USDA releases 2019 Market Facilitation Program (MFP) details.
On Thursday, the USDA announced that the federal government will pay American farmers between $15 to $150 per acre starting in mid-August. The latest MFP compensation structure is part of the broader $16 billion aid package to compensate U.S. agricultural producers that have experienced economic harm by the protracted trade wars. The payment structure represents the second round of farm assistance programs following President Trump’s $12 billion plan last year. The MFP program is designed to compensate farm level producers for lower farm goods prices and lost sales due to U.S. trade disputes with China, the EU, Turkey and India. USDA selected China as its benchmark for the MFP over the other three countries because of the breadth of U.S. agricultural commodities that have been impacted.
The amounts were calculated based on estimated trade damage caused by retaliatory tariffs imposed by China. USDA said payment registrations would begin on Monday, July 29, and last through Dec. 6. The payments will be conducted in three tranches, or portions. The first payment will be comprised of the higher of either 50% of a producer’s calculated payment or $15 per acre and will be made during mid-to-late August. If conditions warrant, the second tranche, portion, will be made in November, and the third in early January.
In the current MFP package, the USDA established a compensation structure based on county level rates. The compensation rate is dependent on the geographical location of the producing field.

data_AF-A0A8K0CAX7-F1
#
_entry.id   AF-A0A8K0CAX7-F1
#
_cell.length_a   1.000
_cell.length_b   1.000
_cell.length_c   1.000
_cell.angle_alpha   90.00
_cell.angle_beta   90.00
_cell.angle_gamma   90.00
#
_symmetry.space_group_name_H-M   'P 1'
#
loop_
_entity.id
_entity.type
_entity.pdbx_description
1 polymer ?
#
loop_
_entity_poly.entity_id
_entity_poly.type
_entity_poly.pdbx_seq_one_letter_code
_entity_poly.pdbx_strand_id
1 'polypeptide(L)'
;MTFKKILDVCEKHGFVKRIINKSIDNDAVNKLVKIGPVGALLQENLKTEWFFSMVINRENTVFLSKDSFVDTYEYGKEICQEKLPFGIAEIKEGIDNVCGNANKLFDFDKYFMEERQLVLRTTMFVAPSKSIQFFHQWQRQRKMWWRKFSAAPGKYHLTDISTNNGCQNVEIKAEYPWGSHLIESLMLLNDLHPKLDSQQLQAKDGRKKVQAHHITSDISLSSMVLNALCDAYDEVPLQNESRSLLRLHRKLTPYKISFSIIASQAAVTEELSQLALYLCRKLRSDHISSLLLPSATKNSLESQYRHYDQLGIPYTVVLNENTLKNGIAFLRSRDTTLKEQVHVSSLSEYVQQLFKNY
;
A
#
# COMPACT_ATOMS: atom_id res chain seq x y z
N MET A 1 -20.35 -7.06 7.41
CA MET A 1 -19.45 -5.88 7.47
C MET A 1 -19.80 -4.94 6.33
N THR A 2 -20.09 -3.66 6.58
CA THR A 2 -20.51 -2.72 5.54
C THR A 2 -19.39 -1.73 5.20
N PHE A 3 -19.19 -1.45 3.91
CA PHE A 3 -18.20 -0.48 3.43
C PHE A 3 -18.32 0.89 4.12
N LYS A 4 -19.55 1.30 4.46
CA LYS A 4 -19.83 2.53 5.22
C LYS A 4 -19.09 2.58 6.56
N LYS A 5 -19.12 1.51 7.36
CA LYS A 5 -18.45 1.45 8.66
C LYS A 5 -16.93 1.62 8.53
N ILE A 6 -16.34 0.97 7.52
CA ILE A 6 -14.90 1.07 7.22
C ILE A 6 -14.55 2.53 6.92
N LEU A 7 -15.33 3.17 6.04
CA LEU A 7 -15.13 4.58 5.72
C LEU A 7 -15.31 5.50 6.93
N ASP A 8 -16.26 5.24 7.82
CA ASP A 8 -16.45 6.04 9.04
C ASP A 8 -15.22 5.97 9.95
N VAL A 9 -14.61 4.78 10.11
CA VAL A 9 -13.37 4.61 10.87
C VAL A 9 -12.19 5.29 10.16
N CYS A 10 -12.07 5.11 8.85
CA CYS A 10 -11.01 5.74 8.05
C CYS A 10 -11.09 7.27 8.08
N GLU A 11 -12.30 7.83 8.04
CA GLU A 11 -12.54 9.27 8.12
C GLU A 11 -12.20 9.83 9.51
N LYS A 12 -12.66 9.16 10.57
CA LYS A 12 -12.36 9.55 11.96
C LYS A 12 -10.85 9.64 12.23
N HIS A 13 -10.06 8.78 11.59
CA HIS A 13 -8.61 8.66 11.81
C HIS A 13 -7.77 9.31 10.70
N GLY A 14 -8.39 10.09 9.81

The program covers 29 crops including: soybeans, corn, wheat, sorghum and cotton. It also covers dairy and hog producers and 10 specialty crops including nuts, cranberries and cherries.
FBN estimates the USDA’s MFP per-acre rates at:
- Corn: $40
- Soybeans: $78
- Wheat: $18
- Cotton: $144
- Sorghum: $24
Who is eligible for payments. MFP provides payments to eligible producers of covered commodities, which includes non-specialty crops, specialty crops, dairy, and livestock.
To be eligible for payments, applicants also must either:
- have an average adjusted gross income for tax years 2015, 2016, and 2017 of less than $900,000;
- or derive at least 75 percent of their adjusted gross income from farming or ranching.
Producers also must:
- Comply with the provisions of the “Highly Erodible Land and Wetland Conservation” regulations, often called the conservation compliance provisions.
- Have a farm number with USDA's Farm Service Agency
Click for application and full details of the USDA 2019 Market Facilitation Program.
What this means for the U.S. farmer. We believe that the 2019 MFP compensation structure is a net benefit to the U.S. farmer. At FBN, we believe that history has proven that both the U.S. agricultural producer and the domestic farm economy stands to reap greater economic benefits from free trade than from government assistance programs. The economic damage that has been inflicted on both the U.S. agricultural producer and the domestic agricultural economy as a result of unfair trade practices against the U.S., which has stretched over two U.S. presidents, has been profound. While the MFP is not designed to be — and cannot be — an economic panacea for the U.S. farmer, we believe that the USDA’s payment plan represents the proverbial “step in the right direction", helping offset some of the recent economic loss. We also believe that the MFP compensation structure has the ability to provide more questions than answers. When the USDA releases the details of the compensation formulas, FBN will provide the necessary clarity.